Tuesday, April 26, 2016

Objectives and Methodology leading to consensus

Lately I've had some questions about my objectives in writing my blogs and the methodology I'm using. My objectives are spelled out in the masthead, but a lot of people pass right by that.


What I've tried to do here is offer suggestions on how to reach a consensus among LDS scholars regarding Book of Mormon geography. I think it starts with agreement regarding basic facts of Church history, as I've said many times. I'm not asking for agreement on the implications of the facts, or inferences or interpretations. Just agreement regarding basic facts.

I'd like to start with Oliver Cowdery's Letter VII, for example. Certainly the Mesoamerican literature has ignored that letter for decades, and so far, I haven't seen any discussion of it by the citation cartel. I know of no plans for them to do so. The sole breakthrough was Book of Mormon Central putting the book on their web page, which I hope will lead to some sort of consensus on the facts. But even BOMC remains fully and exclusively committed to the Mesoamerican theory.

Next would be an agreement to use the text Joseph translated, but I've had significant resistance on that point as well because the text doesn't mention volcanoes, jade, tapirs, mountainous wilderness, headwaters, or the other staples of the Mesoamerican theory.

Mostly what I'd like to see is a breakup of the citation cartel--a move toward a free market model. When the day comes that the various organizations open their web pages and journals to alternatives to the Mesoamerican model--or faithful criticism of that model--then we'll have a hope of reaching a legitimate consensus. (I make that distinction because for decades, the citation cartel has thought there was a consensus about the Mesoamerican geography, but of course that was an artificial construct. It's like saying the whole world agreed on oil prices because OPEC set them, or like saying everyone in Cuba supports Fidel Castro because he has no political opposition. The nature of a cartel is to suppress alternative views and uncomfortable facts.)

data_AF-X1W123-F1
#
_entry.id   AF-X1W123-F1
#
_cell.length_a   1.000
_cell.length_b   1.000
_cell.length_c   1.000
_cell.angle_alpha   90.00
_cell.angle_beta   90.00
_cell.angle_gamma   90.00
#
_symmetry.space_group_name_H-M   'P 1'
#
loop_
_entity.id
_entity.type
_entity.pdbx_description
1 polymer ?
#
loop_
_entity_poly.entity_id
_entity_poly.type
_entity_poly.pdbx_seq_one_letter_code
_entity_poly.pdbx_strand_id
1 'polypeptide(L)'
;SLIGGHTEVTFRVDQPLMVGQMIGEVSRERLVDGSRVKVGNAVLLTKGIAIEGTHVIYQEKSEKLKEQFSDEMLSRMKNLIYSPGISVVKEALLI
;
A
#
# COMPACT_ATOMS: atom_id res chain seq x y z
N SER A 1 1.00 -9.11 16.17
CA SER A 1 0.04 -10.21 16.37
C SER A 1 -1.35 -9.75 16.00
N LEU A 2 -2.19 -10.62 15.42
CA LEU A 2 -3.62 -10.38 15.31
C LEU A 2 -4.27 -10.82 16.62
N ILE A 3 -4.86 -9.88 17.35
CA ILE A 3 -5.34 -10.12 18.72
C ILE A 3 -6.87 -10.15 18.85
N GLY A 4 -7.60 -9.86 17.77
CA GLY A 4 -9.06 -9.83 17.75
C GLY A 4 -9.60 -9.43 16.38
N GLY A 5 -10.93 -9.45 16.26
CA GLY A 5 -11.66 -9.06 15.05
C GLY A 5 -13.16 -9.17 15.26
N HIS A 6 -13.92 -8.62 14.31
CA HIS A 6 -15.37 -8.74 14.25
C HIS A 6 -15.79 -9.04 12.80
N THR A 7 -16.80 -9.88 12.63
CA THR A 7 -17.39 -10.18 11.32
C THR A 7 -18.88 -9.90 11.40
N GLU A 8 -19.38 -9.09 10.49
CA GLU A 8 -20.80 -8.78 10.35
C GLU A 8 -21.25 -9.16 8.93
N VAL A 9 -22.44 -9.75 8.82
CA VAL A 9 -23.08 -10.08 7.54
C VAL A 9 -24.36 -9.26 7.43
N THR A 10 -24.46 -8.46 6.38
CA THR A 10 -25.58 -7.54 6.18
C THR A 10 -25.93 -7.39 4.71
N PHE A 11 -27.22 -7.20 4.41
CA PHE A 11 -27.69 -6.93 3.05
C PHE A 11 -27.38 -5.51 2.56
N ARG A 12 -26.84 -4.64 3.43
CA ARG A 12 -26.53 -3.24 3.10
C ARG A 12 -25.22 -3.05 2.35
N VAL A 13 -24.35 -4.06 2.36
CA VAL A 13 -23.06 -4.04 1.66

[NOTE: Some people wonder what I mean by the term "citation cartel." It's not a term I invented; it's been used to describe any academic specialty that reinforces the Groupthink by citing one another, rejecting submissions that contradict the Groupthink, and conducting peer approval instead of critical peer review. You can read any of the LDS scholarly publications that publish about Book of Mormon geography and see what I mean. I've submitted material to all the citation cartel members. Apart from Book of Mormon Central, it's a stone wall. BYU Studies didn't acknowledge the submission. The Maxwell Institute said they were full and would consider it later, but of course they never contacted me again. The Interpreter not only refused to publish my material (because, as they said, they disagreed with it), but they censored my comments on their web page. BMAF published an  article criticizing me but refused to publish my rebuttal. That's why I resorted to the blogs. On the Wars and Interpreter blogs, I do peer reviews of articles, books, and presentations that promote the Mesoamerican theory. I wish this entire discussion could be done on an anonymous basis, but of course in reality, individuals write and publish, and they put their names on their work. As I constantly reiterate, I have great respect and admiration for the scholars who have published their research. I don't question their motives or abilities, but I do assess the facts cited and the arguments made.]